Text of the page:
In 2021, Treasury slowed their issuance of securities, as they neared the debt ceiling, and started to draw down on their TGA account at the Fed (red above). This amplified Fed QE (blue) as it also injected liquidity into financial markets. The Fed did their best to offset this by borrowing in financial markets through overnight reverse repo operations (green above) mainly from money market funds which normally invest in T-Bills and other short-dated securities.

In late 2022, the Fed announced it was going to gradually reduce its balance sheet as securities matured. The blue area below zero is referred to as quantitative tightening, or “QT”. Since then, total assets at the Fed have shrunk by roughly $1.7 trillion. Treasury also increased net issuance and started to rebuild their TGA account balance (red) above. But the Fed was again able to offset this by lowering rates offered on reverse repo and running its RRP liabilities (green) down from almost $2.4 trillion to just $371 billion at present.

The net impact of the combined operations is shown by the blue line below. The massive combined monetary easing lasted until early 2022, when tightening commenced. But tightening ended after the March ’23 banking (SVB) crisis, with the Fed injecting liquidity to prop up financial markets until March ’24. By March, inflation was starting to rebound and the Fed may have realized that they had over-egged the pudding.

Chicago Fed Financial Conditions Index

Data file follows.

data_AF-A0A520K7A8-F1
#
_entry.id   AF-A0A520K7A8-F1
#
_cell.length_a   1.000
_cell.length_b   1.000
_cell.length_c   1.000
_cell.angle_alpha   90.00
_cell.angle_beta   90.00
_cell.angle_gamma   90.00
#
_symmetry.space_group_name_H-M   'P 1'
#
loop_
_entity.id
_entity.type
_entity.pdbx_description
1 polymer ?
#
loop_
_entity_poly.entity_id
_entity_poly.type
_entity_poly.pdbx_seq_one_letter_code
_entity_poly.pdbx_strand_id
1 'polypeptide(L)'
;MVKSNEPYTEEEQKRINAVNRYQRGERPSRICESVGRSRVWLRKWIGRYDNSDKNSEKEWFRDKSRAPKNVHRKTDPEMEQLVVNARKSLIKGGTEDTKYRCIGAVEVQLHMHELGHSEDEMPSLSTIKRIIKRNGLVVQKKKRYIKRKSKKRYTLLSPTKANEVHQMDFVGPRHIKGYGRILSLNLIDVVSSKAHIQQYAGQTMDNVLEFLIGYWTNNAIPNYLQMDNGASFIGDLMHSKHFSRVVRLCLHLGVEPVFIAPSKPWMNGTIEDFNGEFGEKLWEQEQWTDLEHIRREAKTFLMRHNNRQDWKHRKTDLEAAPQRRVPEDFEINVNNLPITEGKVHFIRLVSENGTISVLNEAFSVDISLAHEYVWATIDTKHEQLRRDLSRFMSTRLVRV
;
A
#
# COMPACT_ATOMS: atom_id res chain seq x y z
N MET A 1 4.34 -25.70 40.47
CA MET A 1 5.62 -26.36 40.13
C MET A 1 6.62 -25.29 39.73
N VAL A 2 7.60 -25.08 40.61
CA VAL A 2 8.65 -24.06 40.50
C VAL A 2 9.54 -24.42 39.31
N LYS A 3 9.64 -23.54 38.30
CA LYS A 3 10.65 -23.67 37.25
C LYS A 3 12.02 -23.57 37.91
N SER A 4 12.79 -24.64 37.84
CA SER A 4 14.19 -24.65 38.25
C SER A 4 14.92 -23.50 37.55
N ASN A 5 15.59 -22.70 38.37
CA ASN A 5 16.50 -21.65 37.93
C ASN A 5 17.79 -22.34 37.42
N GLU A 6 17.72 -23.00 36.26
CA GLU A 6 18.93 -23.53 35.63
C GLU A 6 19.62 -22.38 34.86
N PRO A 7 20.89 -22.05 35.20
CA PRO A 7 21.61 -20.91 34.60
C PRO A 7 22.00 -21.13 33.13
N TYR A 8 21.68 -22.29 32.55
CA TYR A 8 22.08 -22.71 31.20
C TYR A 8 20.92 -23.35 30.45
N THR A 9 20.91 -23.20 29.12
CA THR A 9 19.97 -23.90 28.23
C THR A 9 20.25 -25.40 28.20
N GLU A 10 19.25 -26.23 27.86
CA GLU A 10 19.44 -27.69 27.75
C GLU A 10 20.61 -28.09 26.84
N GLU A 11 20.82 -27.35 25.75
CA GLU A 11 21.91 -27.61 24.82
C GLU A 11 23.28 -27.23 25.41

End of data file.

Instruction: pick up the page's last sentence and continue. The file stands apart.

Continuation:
The abrupt fall in liquidity in March-April was evident not only in bank reserves but in Bitcoin and in the stock market.


Liquidity is again rising — as shown by the the rise in Bitcoin and the fall in Chicago Fed Financial Conditions Index. Stocks and bonds are likely to rise as a result.


There are further factors that affect financial market liquidity in the US. This can include monetary easing by foreign central banks. The PBOC may inject liquidity into financial markets in Beijing or Hong Kong but the net result may ease financial conditions in New York if US T-Bills offer higher rates of return than the equivalent security in China.

We have also seen Treasury Secretary Janet Yellen change the mix of Treasury issuance in order to reduce the impact on financial market liquidity. Reducing the amount of longer maturity Treasury notes and bonds and increasing issuance of shorter-term T-Bills also helped to boost liquidity. T-Bills are the most liquid asset on the planet, with almost infinite demand. Holding a 3-month T-Bill is like holding Dollars — they have no default or rate risk — but you get a 5.0% return on top. So issuing more T-Bills has limited impact on short-term rates, while issuing less 10-year Notes , for example, will lower long-term yields when demand exceeds supply.


Tectonic shift threatening the global reserve currency system